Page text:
Jagz chef fine-tunes menu to Flathead’s palate
More than 40 years of working in professional kitchens have taught Jeff Gregoire, chef and owner of Jagz restaurant near Kalispell, a few things about what people want from a gourmet meal.
The No. 1 thing, he said, is consistency.
Since Gregoire, 58, and his wife, Amy, opened Jagz 13 years ago, and they’ve kept their menu pretty much the same, adding a few new items along the way.
That does not mean, however, they’ve stuck to a humdrum list of everyday entrées.
Gregoire’s dinner menu boasts over 65 different items, not including wines and specials.
The extensive selection is derived from the various restaurants for which Gregoire has cooked since he first started his culinary career in Seattle at the age of 16.
“I just started as a dishwasher like a lot of people do, and worked my way through the kitchens in Washington and learned,” he said.
The teenage dishwasher stuck with the job, slowly moving his way up and into kitchens in every type of restaurant imaginable, from seafood to steak houses to Italian.
Over the years, he said, he’s come to enjoy almost every aspect of the kitchen, but it all comes down to making good food for good people.
Upon moving to the Kalispell around 30 years ago in search of a better environment in which to raise his kids, Gregoire said he found himself serving a different type of people than those he encountered in the big city.
“People here are a little more down to earth,” he said. “I kind of had to learn what they liked here.”
Following his first venture with a restaurant called Black Angus, Gregoire and his wife bought their current building and named it Jagz, which stands for Jeff and Amy Gregoire, with a “Z” added to the end.
There, Gregoire began serving up local favorites like prime rib, pastas and some seafood. His fine-dining experience in Seattle, however, had earned him knowledge and skills with foods that had yet to find their way into the hearts and stomachs of Kalispell.
Back then, Gregoire said, people ate two main types of fish-frozen salmon and halibut.
In those days, he said, places like Montana still had limited access to the fresh, non-native fish he’d worked with on the coast.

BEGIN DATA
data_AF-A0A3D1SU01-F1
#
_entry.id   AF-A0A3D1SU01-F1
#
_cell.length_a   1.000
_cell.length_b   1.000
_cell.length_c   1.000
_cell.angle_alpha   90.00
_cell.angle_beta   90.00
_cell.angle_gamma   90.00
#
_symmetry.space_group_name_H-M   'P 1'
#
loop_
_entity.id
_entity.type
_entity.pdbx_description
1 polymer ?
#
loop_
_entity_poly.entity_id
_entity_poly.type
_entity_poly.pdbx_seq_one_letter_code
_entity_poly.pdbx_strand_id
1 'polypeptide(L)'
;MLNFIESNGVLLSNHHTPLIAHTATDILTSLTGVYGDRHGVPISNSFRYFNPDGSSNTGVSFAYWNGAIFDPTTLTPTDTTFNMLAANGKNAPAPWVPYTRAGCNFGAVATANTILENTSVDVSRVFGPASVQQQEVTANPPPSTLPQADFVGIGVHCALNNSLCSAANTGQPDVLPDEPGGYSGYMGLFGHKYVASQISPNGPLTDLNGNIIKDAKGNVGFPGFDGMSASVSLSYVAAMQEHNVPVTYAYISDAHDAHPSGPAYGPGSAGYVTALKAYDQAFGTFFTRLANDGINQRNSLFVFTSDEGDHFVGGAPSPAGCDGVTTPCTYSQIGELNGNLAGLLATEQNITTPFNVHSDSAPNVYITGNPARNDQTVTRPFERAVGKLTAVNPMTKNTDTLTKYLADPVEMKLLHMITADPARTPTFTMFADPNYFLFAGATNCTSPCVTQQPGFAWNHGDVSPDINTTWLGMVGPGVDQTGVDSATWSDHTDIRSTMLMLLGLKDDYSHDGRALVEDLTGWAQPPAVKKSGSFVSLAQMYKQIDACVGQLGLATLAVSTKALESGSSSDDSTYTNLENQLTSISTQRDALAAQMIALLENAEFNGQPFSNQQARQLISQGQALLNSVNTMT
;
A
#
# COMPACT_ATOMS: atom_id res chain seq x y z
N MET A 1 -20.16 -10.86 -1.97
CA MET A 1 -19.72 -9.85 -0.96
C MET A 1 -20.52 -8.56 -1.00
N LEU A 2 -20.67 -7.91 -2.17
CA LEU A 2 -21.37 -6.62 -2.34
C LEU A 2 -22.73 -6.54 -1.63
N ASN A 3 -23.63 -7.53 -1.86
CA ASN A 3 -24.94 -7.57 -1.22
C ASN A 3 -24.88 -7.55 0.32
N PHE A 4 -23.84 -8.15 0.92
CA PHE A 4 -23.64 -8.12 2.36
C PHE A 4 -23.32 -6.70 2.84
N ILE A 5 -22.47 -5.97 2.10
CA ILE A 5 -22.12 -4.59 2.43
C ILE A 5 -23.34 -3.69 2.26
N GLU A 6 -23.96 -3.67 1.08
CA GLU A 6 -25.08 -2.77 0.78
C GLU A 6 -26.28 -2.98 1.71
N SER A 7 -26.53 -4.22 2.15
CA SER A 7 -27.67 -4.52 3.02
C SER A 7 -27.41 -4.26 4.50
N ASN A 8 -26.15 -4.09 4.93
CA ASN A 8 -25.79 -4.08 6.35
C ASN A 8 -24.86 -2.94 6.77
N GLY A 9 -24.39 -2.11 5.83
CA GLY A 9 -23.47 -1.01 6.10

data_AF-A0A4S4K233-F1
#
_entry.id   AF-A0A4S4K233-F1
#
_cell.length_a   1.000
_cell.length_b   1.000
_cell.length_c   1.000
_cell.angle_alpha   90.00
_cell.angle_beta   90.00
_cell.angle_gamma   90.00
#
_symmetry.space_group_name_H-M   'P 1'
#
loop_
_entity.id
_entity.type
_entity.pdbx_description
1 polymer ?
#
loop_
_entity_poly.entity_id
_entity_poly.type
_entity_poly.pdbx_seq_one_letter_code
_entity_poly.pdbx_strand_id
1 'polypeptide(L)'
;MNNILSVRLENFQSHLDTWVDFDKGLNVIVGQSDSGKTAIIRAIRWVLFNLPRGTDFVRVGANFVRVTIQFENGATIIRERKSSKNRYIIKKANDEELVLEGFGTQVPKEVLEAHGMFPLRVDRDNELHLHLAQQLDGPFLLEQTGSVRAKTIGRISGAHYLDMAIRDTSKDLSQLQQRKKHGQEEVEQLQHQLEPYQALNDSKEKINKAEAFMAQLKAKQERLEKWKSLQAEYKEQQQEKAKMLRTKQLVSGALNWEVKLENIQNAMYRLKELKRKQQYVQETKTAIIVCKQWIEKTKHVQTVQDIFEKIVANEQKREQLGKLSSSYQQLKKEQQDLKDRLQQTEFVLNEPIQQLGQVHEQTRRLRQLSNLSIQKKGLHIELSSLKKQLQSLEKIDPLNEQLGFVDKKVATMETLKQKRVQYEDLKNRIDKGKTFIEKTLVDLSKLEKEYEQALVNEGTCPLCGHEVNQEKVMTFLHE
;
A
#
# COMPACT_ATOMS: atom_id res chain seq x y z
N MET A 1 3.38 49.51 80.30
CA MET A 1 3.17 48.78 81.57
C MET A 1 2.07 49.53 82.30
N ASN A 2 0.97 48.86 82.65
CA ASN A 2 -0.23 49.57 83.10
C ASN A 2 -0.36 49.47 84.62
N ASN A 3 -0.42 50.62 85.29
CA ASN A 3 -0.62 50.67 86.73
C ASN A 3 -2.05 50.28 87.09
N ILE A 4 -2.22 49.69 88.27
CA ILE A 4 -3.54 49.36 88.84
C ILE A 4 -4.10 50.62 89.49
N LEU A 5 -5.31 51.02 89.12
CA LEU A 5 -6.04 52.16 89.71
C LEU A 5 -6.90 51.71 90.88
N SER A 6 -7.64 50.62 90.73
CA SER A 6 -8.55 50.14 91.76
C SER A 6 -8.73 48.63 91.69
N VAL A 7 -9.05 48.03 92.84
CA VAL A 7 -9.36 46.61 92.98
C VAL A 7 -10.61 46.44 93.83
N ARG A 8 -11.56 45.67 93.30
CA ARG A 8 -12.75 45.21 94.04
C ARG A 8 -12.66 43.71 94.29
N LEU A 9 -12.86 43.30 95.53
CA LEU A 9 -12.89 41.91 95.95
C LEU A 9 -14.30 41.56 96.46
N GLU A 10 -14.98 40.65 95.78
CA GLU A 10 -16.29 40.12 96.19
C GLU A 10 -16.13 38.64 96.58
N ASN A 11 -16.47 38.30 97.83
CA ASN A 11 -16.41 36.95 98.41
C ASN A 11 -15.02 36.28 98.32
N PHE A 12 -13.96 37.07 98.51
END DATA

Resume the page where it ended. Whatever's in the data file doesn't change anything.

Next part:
He was determined to bring some big city flavor and delicacies to his new community, however, and over time, he said, people began to get braver about what they selected from his menu.
“It’s evolved as more people have moved in here,” he said of the Flathead. “I think people have evolved as well as far as what they like to eat and try now.”
More modern methods of shipment also meant that access to fresh fish straight from Hawaii made their way into his kitchen multiple times a week, providing uncommon variety for the experimental eaters of Kalispell.
“It’s just interesting to be part of the community here,” he said. “We really like it.”
Serving such high-quality food made fresh daily, however, requires a lot of work.
Though Jagz does not open for dinner until 4:30 p.m., Gregoire often gets to the restaurant to begin prep work by 10 a.m.
“What people don’t understand about this kind of cooking is that it’s not like fast food,” he said. “We don’t take it out of a box. You have to prepare everything from scratch, so it’s hours of labor.”
A fine-dining experience like the one Gregoire strives for at Jagz does not come from food alone, however.
At the front of the house, his wife, Amy, manages the staff and service aspects of the business, areas in which he said consistency is equally important.
One of the ways both he and his wife achieve such consistency is with their staff, both in front of house and back.
After starting as a busgirl at 15 years old around the time the couple opened the restaurant, one of the Gregoires’ employees worked her way up to a management position and continues to work for them today.
Some of the cooks preparing food beside Gregoire in the kitchen he hired as dishwashers and gradually trained and promoted.
“Help is obviously hard to come by, but the loyal ones have stuck with us and that’s huge,” Gregoire said.
The quality, cooking and service may be “all about consistency,” but Gregoire said that a good chef never stops looking for ways to improve.
“You have to be learning,” he said. “If you think you know it all, you’re not doing too well.”
Each time he and his wife travel out of town or discover a new favorite at another restaurant, he said he’s apt to bring it back to his own kitchen and give it his own spin.
Whether they return for the same items or to try something new each time, customers should be able to find whatever their taste buds are craving somewhere on the menu, Gregoire said.
Despite his repertoire of high-end recipes and dishes he found in Seattle, Gregoire said his goal now is to focus on local tastes to keep his community happy.
Pictures of friends gained over the last 20 years spread across the walls of the restaurant’s front room. Those faces, for Gregoire, represent his overall mission for Jagz.
“It’s all about the locals with us,” he said. “The tourists are great and they spark your income in the summer, but without the locals, forget about it.”
“That’s who we cater to, and the rest of it’s just kind of gravy,” he added.
For more information or to make a reservation, visit https://www.jagzrestaurant.com/.
Reporter Mary Cloud Taylor can be reached at 758-4459 or email@example.com.